Summary of Focus Groups with Jail
Officers on Implementation of the
Community Model for Corrections ®
Indiana Correctional Facility
May 31, 2007
By Ruth Andrews, Independent Evaluator
I interviewed first and second shift officers
separately; their comments are combined in this summary. I asked open-ended
questions about their job, [and] the POD (jail block, referred to as ‘A
Block’), where the Community Model for Corrections ® has been implemented
beginning in August of 2006. The final question was, “If I could do
something to improve jail culture I would…” Officers on the first shift
tended to have more job experience; the range was from 4 months to 12 years.
The job history among second shift officers ranged from 2 weeks to 3 years.
The officers with the most seniority did the most talking. Most officers
came from a hierarchical background such as law enforcement or the military,
while the two female officers interviewed came from accounting and social
consider themselves hard won’t go there ‘cause it’s considered punk.
The guys in
the POD take heat for being there, but they don’t back down. It helps
there’s a group of them. They want the help.
If they don’t
make an effort, they don’t last. We call it jail survival. It’s good they
can get voted “off the island”. [The community coordinator] gets the
non-performers out of there. She does a good job interviewing, laying down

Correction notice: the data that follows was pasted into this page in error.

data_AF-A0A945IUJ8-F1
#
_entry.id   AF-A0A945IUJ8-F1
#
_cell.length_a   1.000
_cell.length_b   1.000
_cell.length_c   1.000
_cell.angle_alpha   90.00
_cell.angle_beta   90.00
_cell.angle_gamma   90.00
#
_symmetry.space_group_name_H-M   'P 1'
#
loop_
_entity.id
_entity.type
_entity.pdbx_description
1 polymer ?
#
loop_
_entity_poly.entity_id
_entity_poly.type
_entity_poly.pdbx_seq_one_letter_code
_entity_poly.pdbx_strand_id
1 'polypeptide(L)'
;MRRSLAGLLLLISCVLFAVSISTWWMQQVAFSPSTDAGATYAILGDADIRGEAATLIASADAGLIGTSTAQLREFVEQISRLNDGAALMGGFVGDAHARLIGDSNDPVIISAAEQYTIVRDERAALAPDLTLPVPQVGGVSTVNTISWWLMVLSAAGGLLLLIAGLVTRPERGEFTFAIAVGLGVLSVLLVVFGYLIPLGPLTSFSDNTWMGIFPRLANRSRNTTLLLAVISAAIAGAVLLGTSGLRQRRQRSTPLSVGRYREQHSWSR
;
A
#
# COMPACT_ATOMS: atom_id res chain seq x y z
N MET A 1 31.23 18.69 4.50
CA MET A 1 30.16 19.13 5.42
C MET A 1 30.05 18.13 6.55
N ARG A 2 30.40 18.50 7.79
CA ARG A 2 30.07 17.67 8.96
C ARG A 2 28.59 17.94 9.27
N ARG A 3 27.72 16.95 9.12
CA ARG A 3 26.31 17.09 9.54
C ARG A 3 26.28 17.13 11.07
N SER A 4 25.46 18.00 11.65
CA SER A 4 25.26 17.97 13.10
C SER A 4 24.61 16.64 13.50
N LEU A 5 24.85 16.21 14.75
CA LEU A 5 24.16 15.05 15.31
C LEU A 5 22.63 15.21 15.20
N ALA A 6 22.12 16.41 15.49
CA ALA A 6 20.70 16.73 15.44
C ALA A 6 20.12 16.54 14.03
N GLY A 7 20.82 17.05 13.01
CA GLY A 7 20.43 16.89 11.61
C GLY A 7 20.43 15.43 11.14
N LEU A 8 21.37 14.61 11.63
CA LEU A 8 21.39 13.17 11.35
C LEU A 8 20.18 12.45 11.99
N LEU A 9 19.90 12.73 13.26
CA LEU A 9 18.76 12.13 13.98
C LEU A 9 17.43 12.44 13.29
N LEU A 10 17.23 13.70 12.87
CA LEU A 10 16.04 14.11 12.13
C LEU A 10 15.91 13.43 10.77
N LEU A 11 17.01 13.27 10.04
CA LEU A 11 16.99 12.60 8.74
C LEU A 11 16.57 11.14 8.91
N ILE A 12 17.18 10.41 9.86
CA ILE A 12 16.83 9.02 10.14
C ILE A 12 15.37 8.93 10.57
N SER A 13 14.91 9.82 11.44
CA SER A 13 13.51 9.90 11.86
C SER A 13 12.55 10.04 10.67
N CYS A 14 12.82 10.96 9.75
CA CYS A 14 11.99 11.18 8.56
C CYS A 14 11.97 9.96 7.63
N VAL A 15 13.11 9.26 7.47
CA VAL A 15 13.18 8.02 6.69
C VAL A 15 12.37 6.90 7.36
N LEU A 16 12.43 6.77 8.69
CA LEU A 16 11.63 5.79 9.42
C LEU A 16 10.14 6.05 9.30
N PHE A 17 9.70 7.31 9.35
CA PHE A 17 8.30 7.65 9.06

the law and delivering consequences.
If they get
voted out and come back, they tend to do well.
I’ve seen a
lot of people turn themselves around.
believe the inmates would come to terms with any of it. I’ve been proved
wrong. They seem like respectable people. I think you should make the whole
jail this way. They’re held accountable.
“A Block” is
one less block to worry about. We don’t have to deal with them when they
deal with themselves. When the entire block observes the rules, it takes the
pressure off the individual (they conform).
teaches teamwork and forces them to think.
They have to
rely on each other – have to share feelings.
The POD has
been good for some people with anger problems.
They can let
their true personalities out. They develop trust. They don’t have to be
aggressive all the time.
nicer to us.
we didn’t get any respect at all.
They have a
sense of responsibility and control.
Safer. Not as
“A Block” is
one big, happy family!
impressed that it’s working at all after it got bigger. At first, I didn’t
think it would.
lasted longer than I expected.
understand the selection process.
know what they do.
I was just
given a quick explanation. I didn’t have a good understanding of what it was
about. They want the help.
and videos are hitting the core issues.
months, no one’s told me anything about it; supposed to be an honor-type
block. Don’t know anything about it.
have consequences and expectations in addition to certain privileges; they
get [personal] cleaning supplies twice a day. They have more pride.
by who’s worked out. Even those who get kicked out say it’s a good program.
They earn their way back in.
I want it
here as long as it keeps working, keeps people calm. I think it will keep
them from coming back.